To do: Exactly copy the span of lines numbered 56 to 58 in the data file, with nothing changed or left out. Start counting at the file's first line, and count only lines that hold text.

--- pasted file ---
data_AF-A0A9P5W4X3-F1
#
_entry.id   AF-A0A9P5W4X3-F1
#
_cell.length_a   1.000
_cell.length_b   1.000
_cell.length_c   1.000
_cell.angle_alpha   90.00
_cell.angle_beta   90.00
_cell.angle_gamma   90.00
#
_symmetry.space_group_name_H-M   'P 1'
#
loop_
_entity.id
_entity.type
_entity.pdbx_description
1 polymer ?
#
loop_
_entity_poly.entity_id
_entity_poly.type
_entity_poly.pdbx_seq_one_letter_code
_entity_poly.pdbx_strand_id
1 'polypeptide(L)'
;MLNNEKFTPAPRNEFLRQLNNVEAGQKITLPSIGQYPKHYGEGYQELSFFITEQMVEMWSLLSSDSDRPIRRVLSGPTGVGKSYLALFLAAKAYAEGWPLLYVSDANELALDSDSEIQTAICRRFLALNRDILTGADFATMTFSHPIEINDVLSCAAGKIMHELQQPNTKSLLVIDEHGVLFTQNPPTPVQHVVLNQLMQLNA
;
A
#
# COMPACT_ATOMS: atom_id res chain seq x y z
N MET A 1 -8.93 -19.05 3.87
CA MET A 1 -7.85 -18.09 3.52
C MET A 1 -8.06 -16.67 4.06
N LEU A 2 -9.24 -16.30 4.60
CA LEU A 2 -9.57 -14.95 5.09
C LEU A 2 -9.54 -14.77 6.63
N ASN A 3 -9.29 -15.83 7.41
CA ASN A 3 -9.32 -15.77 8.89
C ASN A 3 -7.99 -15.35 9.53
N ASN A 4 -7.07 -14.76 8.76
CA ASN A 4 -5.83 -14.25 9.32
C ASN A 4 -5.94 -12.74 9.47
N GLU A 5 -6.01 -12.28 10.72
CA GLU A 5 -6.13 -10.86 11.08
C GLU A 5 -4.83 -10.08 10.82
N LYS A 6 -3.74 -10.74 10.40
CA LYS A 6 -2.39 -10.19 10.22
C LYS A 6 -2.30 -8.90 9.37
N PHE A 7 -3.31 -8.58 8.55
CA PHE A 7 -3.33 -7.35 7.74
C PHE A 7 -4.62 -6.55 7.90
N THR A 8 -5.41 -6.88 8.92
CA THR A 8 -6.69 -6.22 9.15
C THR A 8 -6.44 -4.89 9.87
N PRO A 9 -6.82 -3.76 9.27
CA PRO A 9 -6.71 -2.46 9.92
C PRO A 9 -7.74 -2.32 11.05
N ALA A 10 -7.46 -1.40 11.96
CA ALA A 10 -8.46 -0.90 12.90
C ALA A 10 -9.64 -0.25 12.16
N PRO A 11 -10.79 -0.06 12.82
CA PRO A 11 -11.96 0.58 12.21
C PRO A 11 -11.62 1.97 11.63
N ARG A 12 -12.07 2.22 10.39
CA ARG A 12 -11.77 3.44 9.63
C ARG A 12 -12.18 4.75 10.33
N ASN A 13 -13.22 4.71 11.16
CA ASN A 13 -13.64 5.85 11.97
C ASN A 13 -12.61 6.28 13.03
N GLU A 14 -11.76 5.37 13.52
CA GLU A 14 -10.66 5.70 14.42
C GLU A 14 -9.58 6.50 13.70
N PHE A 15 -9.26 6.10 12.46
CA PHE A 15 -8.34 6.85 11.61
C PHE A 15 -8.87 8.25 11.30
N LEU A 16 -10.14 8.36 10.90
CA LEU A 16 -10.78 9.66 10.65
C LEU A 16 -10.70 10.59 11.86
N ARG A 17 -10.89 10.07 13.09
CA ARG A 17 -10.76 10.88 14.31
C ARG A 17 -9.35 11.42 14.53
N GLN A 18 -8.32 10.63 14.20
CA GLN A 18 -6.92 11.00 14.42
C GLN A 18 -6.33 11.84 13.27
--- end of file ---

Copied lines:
CA PRO A 9 -6.71 -2.46 9.92
C PRO A 9 -7.74 -2.32 11.05
N ALA A 10 -7.46 -1.40 11.96